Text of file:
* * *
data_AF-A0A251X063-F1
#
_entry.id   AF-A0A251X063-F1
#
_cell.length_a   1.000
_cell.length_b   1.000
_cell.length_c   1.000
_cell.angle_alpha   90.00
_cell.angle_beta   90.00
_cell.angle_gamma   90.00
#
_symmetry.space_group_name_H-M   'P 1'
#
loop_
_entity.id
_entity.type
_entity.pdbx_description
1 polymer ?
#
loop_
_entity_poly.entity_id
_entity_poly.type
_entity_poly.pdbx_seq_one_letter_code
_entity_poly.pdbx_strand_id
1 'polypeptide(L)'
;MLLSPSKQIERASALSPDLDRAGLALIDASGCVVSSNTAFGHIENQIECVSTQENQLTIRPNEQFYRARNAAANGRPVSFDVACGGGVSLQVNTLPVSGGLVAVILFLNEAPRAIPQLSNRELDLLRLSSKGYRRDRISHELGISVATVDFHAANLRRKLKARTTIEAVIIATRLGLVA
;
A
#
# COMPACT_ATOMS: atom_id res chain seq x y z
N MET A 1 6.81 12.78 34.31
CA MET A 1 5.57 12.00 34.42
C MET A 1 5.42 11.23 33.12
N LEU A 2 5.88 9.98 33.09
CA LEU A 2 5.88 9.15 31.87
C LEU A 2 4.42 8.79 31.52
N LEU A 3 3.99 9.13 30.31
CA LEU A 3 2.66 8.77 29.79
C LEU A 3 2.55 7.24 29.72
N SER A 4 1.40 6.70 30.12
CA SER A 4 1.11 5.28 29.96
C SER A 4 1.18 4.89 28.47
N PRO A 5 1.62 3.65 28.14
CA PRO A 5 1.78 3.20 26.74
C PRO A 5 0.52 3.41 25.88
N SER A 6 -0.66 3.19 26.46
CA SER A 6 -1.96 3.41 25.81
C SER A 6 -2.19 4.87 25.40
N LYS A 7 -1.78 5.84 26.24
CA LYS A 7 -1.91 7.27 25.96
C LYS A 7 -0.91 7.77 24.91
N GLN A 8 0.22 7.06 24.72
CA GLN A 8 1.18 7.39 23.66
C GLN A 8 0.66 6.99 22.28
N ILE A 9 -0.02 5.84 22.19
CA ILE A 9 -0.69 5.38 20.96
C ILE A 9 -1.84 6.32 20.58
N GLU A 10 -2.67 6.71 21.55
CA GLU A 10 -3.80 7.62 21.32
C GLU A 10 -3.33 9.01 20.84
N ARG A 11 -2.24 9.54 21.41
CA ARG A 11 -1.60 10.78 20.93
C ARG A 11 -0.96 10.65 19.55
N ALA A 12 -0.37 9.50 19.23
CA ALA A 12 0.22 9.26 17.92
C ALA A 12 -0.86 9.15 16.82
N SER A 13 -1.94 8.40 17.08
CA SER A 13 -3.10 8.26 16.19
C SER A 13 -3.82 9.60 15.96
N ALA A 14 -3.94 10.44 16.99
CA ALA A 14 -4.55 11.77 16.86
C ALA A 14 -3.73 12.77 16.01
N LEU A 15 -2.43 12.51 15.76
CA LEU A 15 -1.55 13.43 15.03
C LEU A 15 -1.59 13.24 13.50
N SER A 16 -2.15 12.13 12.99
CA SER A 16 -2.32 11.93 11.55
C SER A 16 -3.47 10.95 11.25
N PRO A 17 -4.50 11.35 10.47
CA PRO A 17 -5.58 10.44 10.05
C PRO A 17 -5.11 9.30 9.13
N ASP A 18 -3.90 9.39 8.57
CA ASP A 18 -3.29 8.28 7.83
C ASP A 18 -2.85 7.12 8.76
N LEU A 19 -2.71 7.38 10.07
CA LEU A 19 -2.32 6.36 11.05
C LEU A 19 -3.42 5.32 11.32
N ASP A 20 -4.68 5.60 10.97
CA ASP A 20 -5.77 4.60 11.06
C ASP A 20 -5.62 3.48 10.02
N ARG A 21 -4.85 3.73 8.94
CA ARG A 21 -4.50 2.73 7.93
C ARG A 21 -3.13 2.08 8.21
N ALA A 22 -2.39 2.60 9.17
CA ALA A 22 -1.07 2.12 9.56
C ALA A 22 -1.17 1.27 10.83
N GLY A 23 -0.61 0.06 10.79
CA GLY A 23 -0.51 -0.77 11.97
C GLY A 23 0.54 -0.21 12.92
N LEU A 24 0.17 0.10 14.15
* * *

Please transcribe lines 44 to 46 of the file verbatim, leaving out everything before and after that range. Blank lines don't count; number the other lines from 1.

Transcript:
CA PRO A 5 1.78 3.20 26.74
C PRO A 5 0.52 3.41 25.88
N SER A 6 -0.66 3.19 26.46